In a speech delivered in October, I called Brexit the ‘most unhinged example of national self-sabotage in living memory.’ Some thought then that my words were an exaggeration, perhaps part of Project Fear. Sadly the sentiment was, if anything, underplaying the national crisis that is now upon us. A crisis that seems to have no workable solution; no answer that can deliver.
Brexit will have a major negative impact on most parts of the UK economy.
If we look at my area – Higher Education (HE) – the direct damage Brexit will inflict will be profound.
EU funding has been central in supporting so much of the world-leading, life-changing research that HE delivers. There are very real concerns that the UK is already receiving less from European grants than it formerly did.
However, even more than funding, the central issue for HE is one of attracting and retaining key academic talent. Russell Group figures show that there has already been a 9% fall in non-British EU students starting postgraduate research courses in 2017-18. We have also seen a fall in applications for certain academic posts in the last few months.
Attracting that key academic talent will also depend crucially on having a post-Brexit immigration regime which is fit for purpose. The HE sector quite rightly points to the huge contribution which non-UK EU citizens make.
In my own University, 21% of our academic colleagues come from other parts of the EU, and they make up 13% of the whole workforce. The HE sector is no different from many sectors which rely on the skills and the ingenuity of our EU colleagues.
This is why many sector and business representatives have expressed concerns about the £30,000 salary threshold which might apply to both EU and non-EU nationals wanting to come to the UK after Brexit.
It’s worth thinking about how many of the outstanding researchers and leaders in their field who now call the UK home would simply not have been able to get here in the first place, if this had been the policy in the last decade. It’s worth thinking about the counterfactual of how much poorer – in economic, social and cultural terms – the UK would now be.
Turning now to the deal which has been negotiated by the UK government and the EU, few believe that the deal has any chance of getting through the commons. So what options are left, or likely…or even possible?
Extreme Brexiteers are calling for a ‘no deal’ Brexit. The language of no deal has even morphed into a ‘managed no deal’, perhaps to give a veneer of respectability to what should be an unthinkable prospect. But calling for a managed no deal is like calling for a managed apocalypse. An orderly armageddon. No deal would mean chaos, upheaval and disarray.
In truth, there are only two realistic options open to the UK at this point: a Norway-style deal – accepting each of the four freedoms, plus a customs union to avoid a hard border in Ireland. Or a People’s Vote with the option to continue our membership of the EU on the ballot paper.
An EEA+ or Norway+ style deal is clearly the ‘least-worst’ type of Brexit, while still not coming close to the benefits of EU membership. It would be relatively simple to negotiate, leaving the Withdrawal Agreement relatively unchanged and modifying the Political Declaration to reflect the new direction.
The obvious problem with Norway+ lies in the government and the Leader of the Opposition accepting freedom of movement, and the benefits it would deliver. In addition, there is no doubt that the EU would insist on much tighter level playing field conditions if the UK were to remain in the EEA.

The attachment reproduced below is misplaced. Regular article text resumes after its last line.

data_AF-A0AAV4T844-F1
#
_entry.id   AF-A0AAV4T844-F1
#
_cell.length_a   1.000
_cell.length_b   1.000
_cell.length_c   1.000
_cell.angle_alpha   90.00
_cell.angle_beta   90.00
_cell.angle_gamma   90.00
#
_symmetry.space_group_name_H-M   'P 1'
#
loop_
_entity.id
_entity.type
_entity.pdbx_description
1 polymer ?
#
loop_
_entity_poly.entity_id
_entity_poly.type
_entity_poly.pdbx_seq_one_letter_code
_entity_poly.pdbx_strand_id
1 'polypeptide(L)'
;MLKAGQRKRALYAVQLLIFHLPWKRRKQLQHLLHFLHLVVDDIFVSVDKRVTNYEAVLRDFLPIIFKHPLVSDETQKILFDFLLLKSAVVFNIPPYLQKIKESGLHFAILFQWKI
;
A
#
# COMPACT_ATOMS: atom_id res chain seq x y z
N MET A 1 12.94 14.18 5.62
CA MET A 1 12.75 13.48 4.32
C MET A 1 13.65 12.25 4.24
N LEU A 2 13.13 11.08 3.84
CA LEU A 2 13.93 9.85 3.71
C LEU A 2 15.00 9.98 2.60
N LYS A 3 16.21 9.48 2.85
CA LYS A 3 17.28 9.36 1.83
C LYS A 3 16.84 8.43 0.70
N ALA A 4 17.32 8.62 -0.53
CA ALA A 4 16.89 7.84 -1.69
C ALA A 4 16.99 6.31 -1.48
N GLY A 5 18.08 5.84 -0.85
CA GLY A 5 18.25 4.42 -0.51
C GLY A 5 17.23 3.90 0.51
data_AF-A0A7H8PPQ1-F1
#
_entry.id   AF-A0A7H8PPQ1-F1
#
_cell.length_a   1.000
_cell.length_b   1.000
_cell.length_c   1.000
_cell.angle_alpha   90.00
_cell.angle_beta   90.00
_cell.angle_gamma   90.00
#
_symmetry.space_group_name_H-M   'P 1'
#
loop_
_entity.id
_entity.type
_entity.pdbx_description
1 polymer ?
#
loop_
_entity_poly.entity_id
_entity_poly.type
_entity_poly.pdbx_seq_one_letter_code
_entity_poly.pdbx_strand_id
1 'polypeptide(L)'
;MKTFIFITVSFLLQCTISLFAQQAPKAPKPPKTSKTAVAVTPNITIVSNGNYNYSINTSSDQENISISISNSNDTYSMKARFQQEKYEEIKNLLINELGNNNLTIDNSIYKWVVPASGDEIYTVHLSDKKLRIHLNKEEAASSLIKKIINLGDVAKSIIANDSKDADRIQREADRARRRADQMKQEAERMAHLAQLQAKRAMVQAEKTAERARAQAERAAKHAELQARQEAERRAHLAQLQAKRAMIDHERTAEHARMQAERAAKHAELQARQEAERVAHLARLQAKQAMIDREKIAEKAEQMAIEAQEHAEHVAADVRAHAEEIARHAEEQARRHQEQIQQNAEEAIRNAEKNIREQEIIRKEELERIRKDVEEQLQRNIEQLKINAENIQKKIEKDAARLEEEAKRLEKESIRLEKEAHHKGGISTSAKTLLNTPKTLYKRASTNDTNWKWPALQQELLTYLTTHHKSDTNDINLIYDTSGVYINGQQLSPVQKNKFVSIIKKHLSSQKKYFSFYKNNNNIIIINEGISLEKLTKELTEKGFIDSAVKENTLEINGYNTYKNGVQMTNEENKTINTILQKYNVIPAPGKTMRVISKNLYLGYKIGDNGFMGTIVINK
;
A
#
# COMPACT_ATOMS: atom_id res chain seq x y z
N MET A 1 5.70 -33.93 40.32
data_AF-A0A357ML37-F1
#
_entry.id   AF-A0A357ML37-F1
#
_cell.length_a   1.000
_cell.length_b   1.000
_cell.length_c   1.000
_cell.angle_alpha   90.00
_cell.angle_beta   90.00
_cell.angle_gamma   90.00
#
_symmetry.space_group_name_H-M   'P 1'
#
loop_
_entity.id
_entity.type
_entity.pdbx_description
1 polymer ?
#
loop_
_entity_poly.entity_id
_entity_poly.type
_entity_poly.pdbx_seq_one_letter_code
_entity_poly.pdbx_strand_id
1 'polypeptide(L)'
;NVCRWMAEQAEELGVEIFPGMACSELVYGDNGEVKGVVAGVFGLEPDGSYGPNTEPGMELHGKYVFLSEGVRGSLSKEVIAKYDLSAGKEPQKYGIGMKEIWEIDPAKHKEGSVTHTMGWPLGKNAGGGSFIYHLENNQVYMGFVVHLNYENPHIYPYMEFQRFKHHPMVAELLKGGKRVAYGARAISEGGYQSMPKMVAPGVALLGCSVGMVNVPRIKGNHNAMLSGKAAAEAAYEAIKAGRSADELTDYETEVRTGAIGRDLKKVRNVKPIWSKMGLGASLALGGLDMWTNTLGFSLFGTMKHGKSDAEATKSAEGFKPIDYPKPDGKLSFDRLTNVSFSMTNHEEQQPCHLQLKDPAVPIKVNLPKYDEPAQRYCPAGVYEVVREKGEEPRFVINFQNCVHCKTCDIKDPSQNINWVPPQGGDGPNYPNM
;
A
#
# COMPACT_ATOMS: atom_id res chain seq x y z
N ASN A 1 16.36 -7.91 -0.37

It would also, given the concerns of other EFTA/EEA countries, perhaps require a ‘third UK-only pillar’ to be negotiated within the EEA/EFTA structure. This would need years of negotiation.
This means we would leave the EU on the current Withdrawal Agreement, with uncertainty persisting throughout the transition period as negotiations continue. A future UK government might also renege on a Norway+ intention expressed in a Political Declaration which is not legally binding.
In recognising much of the political complexity in the Norway+ option, there is a much simpler opportunity on the table. Which is where increasing numbers of politicians and non-politicians are converging. A people’s vote.
Arguments that such a vote would be undemocratic are barely serious – there could be nothing more democratic than allowing the people of the UK to speak clearly on what is the most important issue these islands have faced since 1939. There also seems to be growing public support for the public to have a say on the final deal, given the impasse in Westminster.
Either of the options set out above will require political leadership of a kind which has been sadly missing from the two main parties at Westminster throughout the process.
It will require a Prime Minister that recognises she can no longer afford to play to the hard Brexit gallery. If her government proposed Norway+ or a second referendum, it would be almost impossible for the Leader of the Opposition not to fall into line.
It would be easier for Mrs May to take the People’s Vote option because accepting Norway + means accepting freedom of movement, whilst a People’s Vote could be characterised as ‘taking her deal to the country’ in the face of a stalemate in the House of Commons.
The Brexit imbroglio is about many things, but at its heart is the social, economic and cultural wellbeing of this country. If there were to be a second referendum, the focus of any campaign ought to be on what we all have to lose in trade, investment, jobs and freedom of movement.
But we must also focus on the more powerful messages of what we all gain from being part of the EU. A positive focus that was sadly lacking in June 2016.